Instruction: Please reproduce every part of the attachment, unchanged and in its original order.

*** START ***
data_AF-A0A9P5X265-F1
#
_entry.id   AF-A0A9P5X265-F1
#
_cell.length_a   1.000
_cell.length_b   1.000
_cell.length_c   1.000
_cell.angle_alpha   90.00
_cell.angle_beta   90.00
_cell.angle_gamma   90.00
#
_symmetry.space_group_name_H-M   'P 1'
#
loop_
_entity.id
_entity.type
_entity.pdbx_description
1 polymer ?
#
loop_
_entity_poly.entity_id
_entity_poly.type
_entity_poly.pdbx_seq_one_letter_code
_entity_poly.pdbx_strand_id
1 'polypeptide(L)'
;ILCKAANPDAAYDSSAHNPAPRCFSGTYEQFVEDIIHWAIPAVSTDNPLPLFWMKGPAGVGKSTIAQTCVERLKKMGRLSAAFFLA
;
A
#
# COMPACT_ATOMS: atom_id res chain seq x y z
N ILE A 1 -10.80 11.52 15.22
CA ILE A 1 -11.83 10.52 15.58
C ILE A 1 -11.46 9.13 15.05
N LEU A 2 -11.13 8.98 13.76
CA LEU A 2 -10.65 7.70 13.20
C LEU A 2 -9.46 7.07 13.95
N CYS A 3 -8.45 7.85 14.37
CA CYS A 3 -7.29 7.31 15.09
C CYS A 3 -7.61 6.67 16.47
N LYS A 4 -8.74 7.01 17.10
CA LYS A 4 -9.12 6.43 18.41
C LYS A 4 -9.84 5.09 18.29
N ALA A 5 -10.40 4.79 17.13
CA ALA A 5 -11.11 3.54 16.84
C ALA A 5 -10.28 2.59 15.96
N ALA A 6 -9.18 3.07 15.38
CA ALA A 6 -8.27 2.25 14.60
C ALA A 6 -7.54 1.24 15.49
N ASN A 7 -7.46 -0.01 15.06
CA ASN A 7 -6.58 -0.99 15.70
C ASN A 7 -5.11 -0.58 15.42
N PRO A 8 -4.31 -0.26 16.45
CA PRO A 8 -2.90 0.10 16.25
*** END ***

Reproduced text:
data_AF-A0A9P5X265-F1
#
_entry.id   AF-A0A9P5X265-F1
#
_cell.length_a   1.000
_cell.length_b   1.000
_cell.length_c   1.000
_cell.angle_alpha   90.00
_cell.angle_beta   90.00
_cell.angle_gamma   90.00
#
_symmetry.space_group_name_H-M   'P 1'
#
loop_
_entity.id
_entity.type
_entity.pdbx_description
1 polymer ?
#
loop_
_entity_poly.entity_id
_entity_poly.type
_entity_poly.pdbx_seq_one_letter_code
_entity_poly.pdbx_strand_id
1 'polypeptide(L)'
;ILCKAANPDAAYDSSAHNPAPRCFSGTYEQFVEDIIHWAIPAVSTDNPLPLFWMKGPAGVGKSTIAQTCVERLKKMGRLSAAFFLA
;
A
#
# COMPACT_ATOMS: atom_id res chain seq x y z
N ILE A 1 -10.80 11.52 15.22
CA ILE A 1 -11.83 10.52 15.58
C ILE A 1 -11.46 9.13 15.05
N LEU A 2 -11.13 8.98 13.76
CA LEU A 2 -10.65 7.70 13.20
C LEU A 2 -9.46 7.07 13.95
N CYS A 3 -8.45 7.85 14.37
CA CYS A 3 -7.29 7.31 15.09
C CYS A 3 -7.61 6.67 16.47
N LYS A 4 -8.74 7.01 17.10
CA LYS A 4 -9.12 6.43 18.41
C LYS A 4 -9.84 5.09 18.29
N ALA A 5 -10.40 4.79 17.13
CA ALA A 5 -11.11 3.54 16.84
C ALA A 5 -10.28 2.59 15.96
N ALA A 6 -9.18 3.07 15.38
CA ALA A 6 -8.27 2.25 14.60
C ALA A 6 -7.54 1.24 15.49
N ASN A 7 -7.46 -0.01 15.06
CA ASN A 7 -6.58 -0.99 15.70
C ASN A 7 -5.11 -0.58 15.42
N PRO A 8 -4.31 -0.26 16.45
CA PRO A 8 -2.90 0.10 16.25